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Author: Subject: Crystalloluminesence of NaCl
FragranceLover89
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[*] posted on 29-10-2020 at 19:56
Crystalloluminesence of NaCl


I have been interested in the phenomenon of crystalloluminesence since I discovered that NaCl produces high energy blue light as it crystallizes due to strong electrostatic interactions between the Na LUMO and Cl HOMO. I tried to quickly crash out NaCl by creating a saturated salt solution doped with Cu ions and then adding HCl. Nothing happened though. I think it was overdoped with metal ions and the HCl was not concentrated enough. Has anyone tried this before?

[Edited on 30-10-2020 by FragranceLover89]
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woelen
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[*] posted on 30-10-2020 at 00:50


A similar, but stronger effect is said to exist in crystallization of a mix of Na2SO4 and K2SO4. I, however, have no personal experience with this. I never heard about this phenomenon in NaCl though.



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[*] posted on 30-10-2020 at 02:03


NaCl crystallizes only sooooo little when quickly cooling saturated boiling solution in ice bath (check the NaCl solubility curve at 0 and 100 C). Maybe adding ethanol could force it to crystallize at appreciable amount? Or adding HCl should work too. Mix of the 2 salts suggested by woelen is preferred method for your luminiscence... I read about it very long ago when I was a child in my first chemistry book. I did not yet perform this experiment either.



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[*] posted on 30-10-2020 at 02:31


Man I found the book, this was my first chemistry book when I was small boy.
prof. Zivko K. Kostic - Medzi hrou a chemiou (between game/playing and chemistry) experiment No 40.
Sat. sol NaCl in test tube, carefully slowly (!!!) add conc. HCl so they do not mix (!!!) - slowly on the wals of test tube, suddenly vigorously mix the 2 chemicals. Should produce beautiful green-paleblue light pervading the whole test tube. Instead of HCl ethanol could be used.

kostic.png - 119kB




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[*] posted on 30-10-2020 at 06:58


That is pretty cool. I am scared of acid splashes in the dark. Maybe I will try it using the other methods.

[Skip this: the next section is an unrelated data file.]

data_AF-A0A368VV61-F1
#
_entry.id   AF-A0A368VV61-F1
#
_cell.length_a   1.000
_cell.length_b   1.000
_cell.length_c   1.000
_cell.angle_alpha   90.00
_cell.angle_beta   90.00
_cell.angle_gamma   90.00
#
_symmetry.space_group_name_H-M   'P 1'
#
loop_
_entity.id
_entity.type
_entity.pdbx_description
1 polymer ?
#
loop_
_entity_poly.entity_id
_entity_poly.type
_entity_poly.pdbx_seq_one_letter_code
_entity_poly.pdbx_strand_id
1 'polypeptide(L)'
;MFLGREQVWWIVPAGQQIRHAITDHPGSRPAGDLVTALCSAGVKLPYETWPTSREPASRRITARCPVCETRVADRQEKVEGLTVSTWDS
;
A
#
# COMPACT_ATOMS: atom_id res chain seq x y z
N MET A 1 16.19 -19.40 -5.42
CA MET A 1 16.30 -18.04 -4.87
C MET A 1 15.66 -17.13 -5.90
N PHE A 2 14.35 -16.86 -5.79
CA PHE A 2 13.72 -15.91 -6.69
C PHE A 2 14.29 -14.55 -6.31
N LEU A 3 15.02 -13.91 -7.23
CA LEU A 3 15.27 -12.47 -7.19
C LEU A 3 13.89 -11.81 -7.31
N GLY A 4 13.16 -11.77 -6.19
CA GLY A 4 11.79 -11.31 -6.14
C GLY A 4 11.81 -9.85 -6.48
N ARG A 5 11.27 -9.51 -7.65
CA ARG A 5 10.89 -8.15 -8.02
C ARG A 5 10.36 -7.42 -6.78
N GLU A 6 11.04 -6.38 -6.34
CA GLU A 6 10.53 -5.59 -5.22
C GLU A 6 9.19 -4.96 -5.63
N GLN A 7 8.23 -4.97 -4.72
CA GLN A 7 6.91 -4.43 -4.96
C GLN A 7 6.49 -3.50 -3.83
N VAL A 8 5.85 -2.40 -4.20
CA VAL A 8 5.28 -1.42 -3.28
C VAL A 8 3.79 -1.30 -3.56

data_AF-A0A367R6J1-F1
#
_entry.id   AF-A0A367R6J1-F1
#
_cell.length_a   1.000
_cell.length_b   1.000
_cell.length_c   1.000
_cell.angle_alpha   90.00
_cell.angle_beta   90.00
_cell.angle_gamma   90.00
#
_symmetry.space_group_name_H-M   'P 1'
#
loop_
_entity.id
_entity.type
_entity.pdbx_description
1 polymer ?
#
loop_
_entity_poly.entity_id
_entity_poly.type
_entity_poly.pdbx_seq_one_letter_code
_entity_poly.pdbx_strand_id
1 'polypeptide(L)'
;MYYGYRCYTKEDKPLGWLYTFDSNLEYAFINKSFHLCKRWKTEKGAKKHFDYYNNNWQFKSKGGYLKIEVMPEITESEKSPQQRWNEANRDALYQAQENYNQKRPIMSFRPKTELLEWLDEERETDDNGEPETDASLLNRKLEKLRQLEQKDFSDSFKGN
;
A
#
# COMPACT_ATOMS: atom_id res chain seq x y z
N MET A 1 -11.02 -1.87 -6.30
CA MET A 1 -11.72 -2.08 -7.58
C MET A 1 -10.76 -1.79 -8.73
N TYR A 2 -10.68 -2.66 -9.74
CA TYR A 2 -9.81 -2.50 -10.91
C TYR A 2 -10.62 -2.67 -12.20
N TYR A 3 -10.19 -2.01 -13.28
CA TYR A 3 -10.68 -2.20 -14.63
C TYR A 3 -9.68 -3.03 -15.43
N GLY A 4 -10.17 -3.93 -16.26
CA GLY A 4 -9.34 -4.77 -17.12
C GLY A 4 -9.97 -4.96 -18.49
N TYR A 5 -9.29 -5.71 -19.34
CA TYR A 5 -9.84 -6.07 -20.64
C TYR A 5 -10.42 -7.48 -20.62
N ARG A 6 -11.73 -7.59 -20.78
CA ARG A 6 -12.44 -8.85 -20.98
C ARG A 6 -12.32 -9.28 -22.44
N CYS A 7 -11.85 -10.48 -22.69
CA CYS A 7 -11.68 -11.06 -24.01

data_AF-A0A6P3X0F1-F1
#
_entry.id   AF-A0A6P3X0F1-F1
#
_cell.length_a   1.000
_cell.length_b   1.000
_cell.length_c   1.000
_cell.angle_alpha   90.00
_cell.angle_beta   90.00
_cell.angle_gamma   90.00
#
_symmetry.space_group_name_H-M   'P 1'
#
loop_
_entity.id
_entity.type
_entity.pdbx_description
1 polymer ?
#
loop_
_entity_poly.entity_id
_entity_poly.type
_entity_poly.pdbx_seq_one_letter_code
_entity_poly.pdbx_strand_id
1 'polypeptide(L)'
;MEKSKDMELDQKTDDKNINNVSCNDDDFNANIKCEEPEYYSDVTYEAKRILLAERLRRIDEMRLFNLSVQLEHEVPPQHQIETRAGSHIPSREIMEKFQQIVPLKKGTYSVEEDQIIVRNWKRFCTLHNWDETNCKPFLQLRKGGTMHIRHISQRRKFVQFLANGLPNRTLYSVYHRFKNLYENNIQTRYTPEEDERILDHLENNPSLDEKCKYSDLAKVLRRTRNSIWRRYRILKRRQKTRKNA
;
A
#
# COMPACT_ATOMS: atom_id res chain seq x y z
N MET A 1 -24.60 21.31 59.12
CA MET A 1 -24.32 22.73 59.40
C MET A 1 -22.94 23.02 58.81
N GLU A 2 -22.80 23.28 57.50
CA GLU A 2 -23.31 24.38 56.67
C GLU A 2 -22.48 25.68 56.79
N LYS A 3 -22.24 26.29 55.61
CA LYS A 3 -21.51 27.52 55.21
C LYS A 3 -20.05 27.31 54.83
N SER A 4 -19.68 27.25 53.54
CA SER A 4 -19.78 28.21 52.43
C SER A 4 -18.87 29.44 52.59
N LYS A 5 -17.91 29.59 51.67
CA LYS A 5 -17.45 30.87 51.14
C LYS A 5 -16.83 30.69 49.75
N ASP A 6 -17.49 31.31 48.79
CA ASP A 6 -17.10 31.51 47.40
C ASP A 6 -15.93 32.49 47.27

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[*] posted on 30-10-2020 at 09:40


yes in the book I posted the picture from, there is mentioned that ethanol should work too... just it is necessary to put the 2 solutions into a test tube in that way that they are not mixed... the second one dropwise on the walls of the test tube and very slowly... only then shake vigorously the testing tube so they mix together very fast... sat sol NaCl is more dense so to the bottom and the second chem at the top of it



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[*] posted on 2-11-2020 at 14:06


I made a lot experiments on crystalloluminescence:

strontium bromate (brightest)
arsenic trioxide (second brightest)
sodium chloride (most remarkable effects that cannot be seen on video or photo)

I recommend the NaCl experiment. It's really nice. Also, the mechanism seems to be different from the other experiments, where triboluminescence is the cause.

Sodium potassium sulfate ist quite bright, too. I also made experiments with strontium nitrate, barium chlorate and barium bromate. The later gives good results.





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FragranceLover89
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[*] posted on 2-11-2020 at 18:39


Nice!:) Did you mix etoh with a saturated NaCl solution?
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[*] posted on 3-11-2020 at 07:26


No, I poured saturated NaCl solution into 24 % HCl. With pure NaCl and HCl only extremely weak light can be observed. With addition of Cu2+ and Ag+ Ions the light is much, much brighter but still very, very weak.



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